For the first time since records began, New Zealand has recorded an annual gain in Kiwis returning home rather than a loss.
The statistics show COVID-19 has stopped many Kiwis heading abroad to live, but also record numbers are flocking home.
William O'Brien is now living with his mother in Christchurch - a far cry from a few months ago, when he was living his dream studying a Masters in music in San Francisco.
"It was really a new beginning, very exciting and a beautiful place to be," O'Brien said.
But after the coronavirus pandemic hit and rapidly started spreading across the US, O'Brien decided to move out of his apartment and fly back to New Zealand, making fast and difficult decisions.
"Do I stay in isolation in San Francisco in America, or do I fly back to New Zealand while the borders are still open?" he said. "I had no idea whether or not they were going to close completely."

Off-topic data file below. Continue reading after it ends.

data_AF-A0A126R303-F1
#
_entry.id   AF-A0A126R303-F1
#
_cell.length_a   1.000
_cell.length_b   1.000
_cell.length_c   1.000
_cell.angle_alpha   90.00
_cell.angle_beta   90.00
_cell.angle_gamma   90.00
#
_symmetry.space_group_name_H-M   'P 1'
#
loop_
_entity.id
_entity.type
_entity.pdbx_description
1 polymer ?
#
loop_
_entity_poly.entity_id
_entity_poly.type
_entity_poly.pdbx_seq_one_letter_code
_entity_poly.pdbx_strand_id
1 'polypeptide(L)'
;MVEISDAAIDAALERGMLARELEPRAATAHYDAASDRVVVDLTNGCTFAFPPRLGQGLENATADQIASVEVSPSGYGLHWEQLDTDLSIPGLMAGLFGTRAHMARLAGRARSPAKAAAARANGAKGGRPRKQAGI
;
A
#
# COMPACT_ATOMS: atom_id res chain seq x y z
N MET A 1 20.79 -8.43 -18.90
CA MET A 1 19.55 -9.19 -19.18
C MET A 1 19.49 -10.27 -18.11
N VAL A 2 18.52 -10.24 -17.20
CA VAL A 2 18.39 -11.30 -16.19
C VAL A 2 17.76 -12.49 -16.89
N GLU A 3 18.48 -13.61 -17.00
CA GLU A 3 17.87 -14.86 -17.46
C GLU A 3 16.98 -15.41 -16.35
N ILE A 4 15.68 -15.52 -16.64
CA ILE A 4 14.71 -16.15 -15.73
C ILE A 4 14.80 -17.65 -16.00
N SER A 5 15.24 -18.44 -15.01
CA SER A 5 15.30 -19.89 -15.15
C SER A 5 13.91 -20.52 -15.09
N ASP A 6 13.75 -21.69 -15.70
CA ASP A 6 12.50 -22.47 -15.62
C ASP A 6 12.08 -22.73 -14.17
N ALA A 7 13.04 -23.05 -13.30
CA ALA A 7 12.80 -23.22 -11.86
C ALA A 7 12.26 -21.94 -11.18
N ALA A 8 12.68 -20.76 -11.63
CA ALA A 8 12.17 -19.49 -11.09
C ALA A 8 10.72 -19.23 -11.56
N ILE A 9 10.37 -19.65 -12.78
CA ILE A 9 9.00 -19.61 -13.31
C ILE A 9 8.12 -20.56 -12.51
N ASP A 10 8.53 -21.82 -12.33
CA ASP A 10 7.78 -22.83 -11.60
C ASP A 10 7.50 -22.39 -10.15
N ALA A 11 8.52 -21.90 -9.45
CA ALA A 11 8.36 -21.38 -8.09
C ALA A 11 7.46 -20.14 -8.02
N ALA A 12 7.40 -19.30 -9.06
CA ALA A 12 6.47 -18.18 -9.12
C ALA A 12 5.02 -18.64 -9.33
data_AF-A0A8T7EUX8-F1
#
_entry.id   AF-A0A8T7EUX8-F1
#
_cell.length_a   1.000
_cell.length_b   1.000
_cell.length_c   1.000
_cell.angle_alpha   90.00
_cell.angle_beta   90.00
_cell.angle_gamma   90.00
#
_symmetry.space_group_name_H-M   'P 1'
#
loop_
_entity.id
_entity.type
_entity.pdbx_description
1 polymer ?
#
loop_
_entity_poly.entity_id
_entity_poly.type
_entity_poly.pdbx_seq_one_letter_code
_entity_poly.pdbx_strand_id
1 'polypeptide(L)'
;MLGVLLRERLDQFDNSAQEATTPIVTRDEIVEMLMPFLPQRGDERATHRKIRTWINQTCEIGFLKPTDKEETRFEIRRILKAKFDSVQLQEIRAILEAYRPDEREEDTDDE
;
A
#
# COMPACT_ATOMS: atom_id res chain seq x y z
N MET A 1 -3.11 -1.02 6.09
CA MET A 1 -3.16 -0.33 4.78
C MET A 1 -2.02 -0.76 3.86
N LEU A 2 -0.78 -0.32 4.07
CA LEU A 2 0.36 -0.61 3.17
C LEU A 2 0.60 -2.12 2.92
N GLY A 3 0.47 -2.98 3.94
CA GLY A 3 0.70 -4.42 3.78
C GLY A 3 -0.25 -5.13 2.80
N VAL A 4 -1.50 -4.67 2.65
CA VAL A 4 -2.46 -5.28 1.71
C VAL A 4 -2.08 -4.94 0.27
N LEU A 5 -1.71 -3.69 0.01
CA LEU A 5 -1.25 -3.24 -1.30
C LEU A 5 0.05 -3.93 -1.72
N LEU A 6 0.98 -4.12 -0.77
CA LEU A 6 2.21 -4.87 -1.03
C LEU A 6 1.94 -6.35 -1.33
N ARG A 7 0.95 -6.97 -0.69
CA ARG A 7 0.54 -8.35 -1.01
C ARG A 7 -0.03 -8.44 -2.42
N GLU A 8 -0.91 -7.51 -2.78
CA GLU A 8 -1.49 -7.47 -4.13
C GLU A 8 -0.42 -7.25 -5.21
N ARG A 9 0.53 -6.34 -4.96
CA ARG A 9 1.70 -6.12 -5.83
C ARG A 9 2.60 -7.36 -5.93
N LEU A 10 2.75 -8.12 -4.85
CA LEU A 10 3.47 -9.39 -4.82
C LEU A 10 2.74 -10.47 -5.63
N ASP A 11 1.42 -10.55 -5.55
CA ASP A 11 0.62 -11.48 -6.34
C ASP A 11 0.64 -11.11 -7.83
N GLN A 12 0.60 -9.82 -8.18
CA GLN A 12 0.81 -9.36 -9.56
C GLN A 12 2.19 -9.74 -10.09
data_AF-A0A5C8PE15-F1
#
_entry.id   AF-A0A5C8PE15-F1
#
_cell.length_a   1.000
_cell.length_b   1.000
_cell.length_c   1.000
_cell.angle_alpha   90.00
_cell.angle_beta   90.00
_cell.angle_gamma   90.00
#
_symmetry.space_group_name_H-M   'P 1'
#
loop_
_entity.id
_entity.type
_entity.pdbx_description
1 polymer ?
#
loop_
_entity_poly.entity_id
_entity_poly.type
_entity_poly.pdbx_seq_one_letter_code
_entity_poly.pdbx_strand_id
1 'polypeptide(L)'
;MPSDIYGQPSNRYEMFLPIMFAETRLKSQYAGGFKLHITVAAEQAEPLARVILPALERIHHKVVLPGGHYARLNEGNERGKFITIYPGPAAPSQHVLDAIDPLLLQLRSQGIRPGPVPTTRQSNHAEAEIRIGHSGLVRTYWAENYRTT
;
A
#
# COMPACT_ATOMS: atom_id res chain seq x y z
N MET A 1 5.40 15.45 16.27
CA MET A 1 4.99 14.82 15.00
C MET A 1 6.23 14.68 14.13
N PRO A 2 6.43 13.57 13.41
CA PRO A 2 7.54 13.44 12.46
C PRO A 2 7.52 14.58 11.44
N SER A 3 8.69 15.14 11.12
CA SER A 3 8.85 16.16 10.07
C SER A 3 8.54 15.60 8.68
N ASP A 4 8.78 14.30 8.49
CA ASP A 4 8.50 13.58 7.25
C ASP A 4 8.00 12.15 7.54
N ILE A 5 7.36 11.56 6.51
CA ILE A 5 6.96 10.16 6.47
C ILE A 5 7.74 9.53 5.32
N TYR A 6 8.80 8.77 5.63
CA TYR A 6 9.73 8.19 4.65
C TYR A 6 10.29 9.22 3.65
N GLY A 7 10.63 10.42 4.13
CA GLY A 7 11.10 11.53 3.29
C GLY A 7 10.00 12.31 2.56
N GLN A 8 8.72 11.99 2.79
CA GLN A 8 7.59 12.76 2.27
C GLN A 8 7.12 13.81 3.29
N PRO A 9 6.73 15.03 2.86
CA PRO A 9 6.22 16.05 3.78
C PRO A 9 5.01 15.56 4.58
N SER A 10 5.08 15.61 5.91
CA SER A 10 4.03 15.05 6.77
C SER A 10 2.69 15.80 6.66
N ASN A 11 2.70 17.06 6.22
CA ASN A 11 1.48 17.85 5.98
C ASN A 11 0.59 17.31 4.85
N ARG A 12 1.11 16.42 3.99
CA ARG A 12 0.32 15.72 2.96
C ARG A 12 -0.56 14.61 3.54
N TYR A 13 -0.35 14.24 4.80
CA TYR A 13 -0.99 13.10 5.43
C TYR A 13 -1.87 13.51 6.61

He's certainly not alone. For the first time ever, Kiwis came back to New Zealand in greater numbers than those who left.
"There's an estimated gain of about 11,000 New Zealand citizens, which is a reversal of the long-standing historical trend," explained Kim Dunstan of Statistics New Zealand.
Usually there's a loss of around 20,000 New Zealanders a year - mostly to Australia.
"We haven't had net gains of New Zealand citizens on an annual basis ever before," Dunstan said.
The changes in many of the statistics after COVID-19 are staggering. Last year in April, New Zealand had 1.2 million arrivals and departures, while a year later that dropped to just 38,000.
There's still an estimated 800,000 or so Kiwis living overseas, so there may be larger numbers still to return home to live.
But O'Brien hopes to reverse at least one of the statistics and move back to the US if he can later in the year.
"Hopefully [I can]. We've all got to be sensible and just assess based on our own personal circumstances," he said.
He's one of thousands of Kiwis trying to work out where now is their place in the world.